If you’ve hit something quite badly, there’s a chance that there may be some scratches hiding underneath the paint transfer.
To get rid of these and to get your car looking as good as possible again, you’ll need a scratch remover. These are designed to fill in any microscopic surface scratches before being buffed away.
This is one of the products that you need to pay extra careful attention to before you buy, though. This is because some scratch removers provide a permanent solution, while others are only designed to provide a temporary fix.
The way they are applied can differ as well. Some can simply be applied using an applicator pad, while others require an electric buffer. This isn’t something that most people have available to them, so it’s usually best to choose a scratch remover that is both permanent and easy to apply.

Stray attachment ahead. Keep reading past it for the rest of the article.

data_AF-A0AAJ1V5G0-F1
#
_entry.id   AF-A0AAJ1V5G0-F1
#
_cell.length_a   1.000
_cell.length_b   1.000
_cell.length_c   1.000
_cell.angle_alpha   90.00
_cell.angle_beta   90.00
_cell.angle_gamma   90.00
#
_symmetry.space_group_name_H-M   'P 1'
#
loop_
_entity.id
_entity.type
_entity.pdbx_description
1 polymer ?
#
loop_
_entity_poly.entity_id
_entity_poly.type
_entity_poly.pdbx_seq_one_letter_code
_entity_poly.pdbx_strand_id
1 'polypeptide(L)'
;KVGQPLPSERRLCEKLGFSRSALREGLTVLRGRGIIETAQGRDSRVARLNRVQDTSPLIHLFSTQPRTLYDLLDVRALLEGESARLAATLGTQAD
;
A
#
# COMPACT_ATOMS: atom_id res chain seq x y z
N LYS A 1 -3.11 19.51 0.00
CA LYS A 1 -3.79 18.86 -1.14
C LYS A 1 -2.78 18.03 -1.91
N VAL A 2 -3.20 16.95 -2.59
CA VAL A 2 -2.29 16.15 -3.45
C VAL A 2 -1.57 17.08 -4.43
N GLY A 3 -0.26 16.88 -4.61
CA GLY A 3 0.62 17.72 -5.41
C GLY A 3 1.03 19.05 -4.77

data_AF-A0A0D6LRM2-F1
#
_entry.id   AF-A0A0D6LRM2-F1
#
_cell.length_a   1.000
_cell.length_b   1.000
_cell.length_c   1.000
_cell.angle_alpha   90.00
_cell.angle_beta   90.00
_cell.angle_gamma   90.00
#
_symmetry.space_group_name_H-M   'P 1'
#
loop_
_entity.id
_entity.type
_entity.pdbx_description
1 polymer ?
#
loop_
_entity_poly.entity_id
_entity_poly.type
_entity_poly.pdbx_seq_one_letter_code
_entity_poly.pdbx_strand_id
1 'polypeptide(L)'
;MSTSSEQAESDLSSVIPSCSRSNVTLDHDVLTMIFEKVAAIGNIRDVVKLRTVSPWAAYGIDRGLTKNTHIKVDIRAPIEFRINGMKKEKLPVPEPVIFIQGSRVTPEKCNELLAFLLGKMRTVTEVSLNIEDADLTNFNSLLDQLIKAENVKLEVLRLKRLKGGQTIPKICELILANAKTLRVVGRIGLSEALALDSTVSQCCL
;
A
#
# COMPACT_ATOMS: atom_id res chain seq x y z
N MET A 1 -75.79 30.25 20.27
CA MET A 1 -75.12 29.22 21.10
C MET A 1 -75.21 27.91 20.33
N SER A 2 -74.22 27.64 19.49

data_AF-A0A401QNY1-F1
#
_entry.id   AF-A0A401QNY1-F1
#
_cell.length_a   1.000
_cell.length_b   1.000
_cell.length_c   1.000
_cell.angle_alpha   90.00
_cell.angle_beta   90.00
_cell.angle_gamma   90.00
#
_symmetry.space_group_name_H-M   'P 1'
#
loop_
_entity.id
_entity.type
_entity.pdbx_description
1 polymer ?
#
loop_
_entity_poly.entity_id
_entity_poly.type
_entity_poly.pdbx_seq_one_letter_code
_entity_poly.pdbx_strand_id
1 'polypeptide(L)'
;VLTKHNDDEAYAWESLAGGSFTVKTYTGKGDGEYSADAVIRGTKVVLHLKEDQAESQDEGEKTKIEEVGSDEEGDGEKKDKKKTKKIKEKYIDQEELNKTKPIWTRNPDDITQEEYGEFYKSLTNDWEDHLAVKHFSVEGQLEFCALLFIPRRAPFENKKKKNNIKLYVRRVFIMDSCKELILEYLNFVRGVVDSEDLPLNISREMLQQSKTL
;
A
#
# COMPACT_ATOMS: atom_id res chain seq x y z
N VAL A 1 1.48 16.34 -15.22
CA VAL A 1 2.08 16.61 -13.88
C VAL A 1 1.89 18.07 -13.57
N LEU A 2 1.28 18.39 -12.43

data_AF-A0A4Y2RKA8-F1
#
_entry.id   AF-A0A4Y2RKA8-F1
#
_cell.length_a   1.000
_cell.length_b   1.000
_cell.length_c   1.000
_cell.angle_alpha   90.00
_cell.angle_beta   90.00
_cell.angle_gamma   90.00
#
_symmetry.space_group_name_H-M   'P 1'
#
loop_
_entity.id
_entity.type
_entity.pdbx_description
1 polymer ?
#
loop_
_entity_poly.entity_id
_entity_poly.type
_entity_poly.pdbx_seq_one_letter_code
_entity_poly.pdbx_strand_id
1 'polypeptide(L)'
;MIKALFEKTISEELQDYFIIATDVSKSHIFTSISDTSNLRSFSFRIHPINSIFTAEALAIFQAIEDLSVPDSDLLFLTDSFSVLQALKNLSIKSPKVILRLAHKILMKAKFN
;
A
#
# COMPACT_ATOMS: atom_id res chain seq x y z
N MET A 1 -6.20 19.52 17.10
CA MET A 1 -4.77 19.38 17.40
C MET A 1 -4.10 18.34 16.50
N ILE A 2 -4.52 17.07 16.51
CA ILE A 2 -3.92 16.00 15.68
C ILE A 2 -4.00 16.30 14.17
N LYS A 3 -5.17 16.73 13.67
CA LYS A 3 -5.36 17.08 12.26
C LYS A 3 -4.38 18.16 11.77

Meguiar’s Ultimate Compound is a great choice here. It’s easy to apply using just an applicator pad, can be buffed away gently by hand, and leaves a scratch-free finish without the need for additional products.
In most cases, a scratch remover will be enough to fix surface scratches, scuffs, and paint transfers. But, if the damage runs a little deeper, you’ll need to use a rubbing compound as well.
Rubbing compounds contain materials that are much more abrasive than scratch removers. This may sound counterintuitive when you’re trying to fix a scratch, but this actually makes them much more effective at removing particularly bad paint transfers and scuffs.